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Westlake University Researchers Established the Human Notch Pathway Protein Interaction Network and Indentified Potential Drug Targets for Notch-related Diseases

14, 2021

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Xu Li, Xianjue Ma, and Lianfeng Wu’s research groups at the School of Life Sciences, published a paper in Developmental Cell , entitled “Low-density Lipoprotein Receptor-related Protein 1 Mediates Notch Pathway Activation”. Collaborating with Wenqi Wang at UC Irvine and Junjie Chen at MD Anderson Cancer Center, this research established the human Notch pathway protein interaction network, and discovered many key regulators including low-density-lipoprotein-receptor-related protein 1 (LRP1). Their findings shed lights on LRP1's potential role as a therapeutic target for Notch-related cancers.

Weixiang Bian, Mengfan Tang, Hua Jiang, Wenyan Xu, Wanyu Hao and Yue Sui are the co-first authors. Xu Li, Wenqi Wang, Junjie Chen, Xianjue Ma and Lianfeng Wu are the co-corresponding authors. 

The team first constructed stable cell lines containing 13 core proteins of the Notch signaling pathway (NOTCH1/2/3/4, MAML1/2/3, JAG1/2, DLL1/3/4, RBPJ) in human cells. The protein complexes associated with 13 core components of Notch pathway were identified by tandem affinity purification mass spectrometry. Subsequently, the team identified a number of high-confidence interacting proteins using bioinformatics analysis, and established a protein interaction network of the human Notch signaling pathway, which greatly expanded the current understanding of the Notch signaling pathway.

By integrating the Notch pathway protein interaction network with multiple databases related to human disease, the team found that LRP1 might be an important regulator of Notch signaling. LRP1 not only binds to the Notch ligand Delta, but Westlake University Researchers Established the Human Notch Pathway Protein Interaction Network and Indentified Potential Drug Targets for Notch-related Diseases also has mutations and abnormal expression in congenital heart disease, acute T lymphoblastic leukemia (T-ALL) and squamous cell carcinoma (SCC) associated with Notch disorders, suggesting that LRP1 may be involved in the regulation of Notch signaling pathway.

Subsequently, the team conducted a series of biochemical and cellular experiments to confirm that LRP1 is a key upstream regulator of the Notch pathway. LRP1 interacts with Notch ligand Delta to influence its binding to ubiquitin ligase E3, which in turn contributes to changes in Notch ligand Delta ubiquitin chain, thus mediating endocytic recycle, membrane localization and stability of Delta. In order to further demonstrate the importance of LRP1 in the Notch signaling pathway, the team employed additional two model organisms, C. elegans and Drosophila, to further explore the function of LRP1, and confirmed that LRP1 is involved in the activation of Notch signaling pathway. Finally, to determine the biological significance of LRP1 under pathological conditions, they constructed a mouse xenograft tumor and tail vein injection T-ALL model, and found that LRP1 knockout significantly inhibited leukemia cell migration, invasion and tumorigenesis. RAPm6, an antagonist of LRP1, can effectively inhibit Notch signaling and significantly slow down tumor progression.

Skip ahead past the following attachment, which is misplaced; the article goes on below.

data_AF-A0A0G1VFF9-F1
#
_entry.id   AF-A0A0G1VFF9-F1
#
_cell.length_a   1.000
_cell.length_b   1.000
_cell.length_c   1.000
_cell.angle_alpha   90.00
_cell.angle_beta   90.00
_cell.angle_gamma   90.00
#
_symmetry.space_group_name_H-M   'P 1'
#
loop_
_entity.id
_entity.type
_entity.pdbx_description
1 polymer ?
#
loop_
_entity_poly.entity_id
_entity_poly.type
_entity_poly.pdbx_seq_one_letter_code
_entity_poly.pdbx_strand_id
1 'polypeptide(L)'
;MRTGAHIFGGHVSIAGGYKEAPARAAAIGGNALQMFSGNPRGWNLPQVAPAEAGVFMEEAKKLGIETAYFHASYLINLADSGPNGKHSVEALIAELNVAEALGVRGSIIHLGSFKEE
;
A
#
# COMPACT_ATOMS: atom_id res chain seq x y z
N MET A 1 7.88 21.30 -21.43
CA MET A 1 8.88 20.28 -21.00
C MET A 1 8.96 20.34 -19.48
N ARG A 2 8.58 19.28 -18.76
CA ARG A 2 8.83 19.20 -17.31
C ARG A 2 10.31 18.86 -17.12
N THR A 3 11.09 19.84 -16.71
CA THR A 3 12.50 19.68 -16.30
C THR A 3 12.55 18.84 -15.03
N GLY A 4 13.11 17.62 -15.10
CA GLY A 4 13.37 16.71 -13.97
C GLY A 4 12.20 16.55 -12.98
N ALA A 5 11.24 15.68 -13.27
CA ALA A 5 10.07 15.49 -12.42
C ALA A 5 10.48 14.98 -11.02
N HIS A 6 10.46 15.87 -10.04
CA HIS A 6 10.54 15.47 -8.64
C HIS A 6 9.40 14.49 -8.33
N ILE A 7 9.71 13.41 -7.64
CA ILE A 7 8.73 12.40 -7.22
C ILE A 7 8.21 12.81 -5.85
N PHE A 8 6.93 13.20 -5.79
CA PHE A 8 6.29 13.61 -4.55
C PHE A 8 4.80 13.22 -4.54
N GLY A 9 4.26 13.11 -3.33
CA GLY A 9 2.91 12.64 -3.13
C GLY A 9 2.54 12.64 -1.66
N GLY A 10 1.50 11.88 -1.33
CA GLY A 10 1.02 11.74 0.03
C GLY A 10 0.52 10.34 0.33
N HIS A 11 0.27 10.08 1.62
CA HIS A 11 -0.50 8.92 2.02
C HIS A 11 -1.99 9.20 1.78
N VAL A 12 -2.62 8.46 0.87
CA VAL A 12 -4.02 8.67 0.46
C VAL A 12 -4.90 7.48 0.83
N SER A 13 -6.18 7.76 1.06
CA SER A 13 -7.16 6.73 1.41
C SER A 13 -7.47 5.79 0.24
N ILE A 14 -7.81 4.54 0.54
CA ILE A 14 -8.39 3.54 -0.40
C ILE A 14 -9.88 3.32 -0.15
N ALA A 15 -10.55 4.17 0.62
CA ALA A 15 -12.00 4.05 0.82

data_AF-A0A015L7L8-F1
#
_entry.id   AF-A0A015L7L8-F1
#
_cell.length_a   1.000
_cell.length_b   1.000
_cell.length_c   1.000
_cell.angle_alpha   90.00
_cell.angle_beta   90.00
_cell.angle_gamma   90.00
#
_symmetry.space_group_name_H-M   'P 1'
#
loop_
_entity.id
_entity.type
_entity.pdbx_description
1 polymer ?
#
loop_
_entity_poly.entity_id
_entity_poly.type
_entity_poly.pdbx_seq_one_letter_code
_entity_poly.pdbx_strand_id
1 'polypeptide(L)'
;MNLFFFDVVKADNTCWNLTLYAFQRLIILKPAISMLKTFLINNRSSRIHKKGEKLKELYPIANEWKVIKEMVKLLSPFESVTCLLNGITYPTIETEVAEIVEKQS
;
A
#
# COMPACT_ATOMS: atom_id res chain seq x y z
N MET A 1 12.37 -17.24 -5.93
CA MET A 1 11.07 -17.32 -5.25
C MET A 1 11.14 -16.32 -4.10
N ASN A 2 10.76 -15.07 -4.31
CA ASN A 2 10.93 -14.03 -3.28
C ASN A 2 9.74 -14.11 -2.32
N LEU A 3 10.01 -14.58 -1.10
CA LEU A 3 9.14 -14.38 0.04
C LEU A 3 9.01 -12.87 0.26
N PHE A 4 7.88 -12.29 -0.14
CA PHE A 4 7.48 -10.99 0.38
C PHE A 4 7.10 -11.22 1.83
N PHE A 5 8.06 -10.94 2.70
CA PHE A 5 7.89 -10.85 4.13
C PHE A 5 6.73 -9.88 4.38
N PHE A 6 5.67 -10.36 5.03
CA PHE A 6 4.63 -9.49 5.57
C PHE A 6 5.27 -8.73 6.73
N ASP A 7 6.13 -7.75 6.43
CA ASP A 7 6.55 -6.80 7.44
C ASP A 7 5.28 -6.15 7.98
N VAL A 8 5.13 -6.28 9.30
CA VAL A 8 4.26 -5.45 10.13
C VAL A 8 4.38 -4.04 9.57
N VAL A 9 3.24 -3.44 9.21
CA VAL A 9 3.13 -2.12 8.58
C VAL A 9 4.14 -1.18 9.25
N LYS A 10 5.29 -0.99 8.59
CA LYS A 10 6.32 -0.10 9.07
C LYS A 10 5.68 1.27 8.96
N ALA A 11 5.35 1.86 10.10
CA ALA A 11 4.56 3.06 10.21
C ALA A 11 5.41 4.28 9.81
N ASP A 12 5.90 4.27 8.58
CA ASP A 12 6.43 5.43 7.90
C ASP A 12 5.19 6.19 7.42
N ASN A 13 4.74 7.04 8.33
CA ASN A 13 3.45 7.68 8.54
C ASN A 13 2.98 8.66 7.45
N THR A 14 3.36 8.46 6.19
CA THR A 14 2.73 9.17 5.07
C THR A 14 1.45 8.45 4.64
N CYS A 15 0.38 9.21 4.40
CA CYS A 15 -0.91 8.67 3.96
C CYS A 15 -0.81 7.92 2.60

In conclusion, the team established the protein interaction network of human Notch signaling pathway, identified LRP1, a key upstream regulator of Notch signaling pathway, and revealed that LRP1 may serve as a potential therapeutic target for Notch related diseases.

Image: (left) Important proteins and related functions in the protein interaction network of Notch signaling pathway. (right) Human Notch pathway protein interaction network: Lightning (Notch ligand and receptor binding) between the two planets (cells) triggers the binding of molecules (proteins) on the planet, creates the life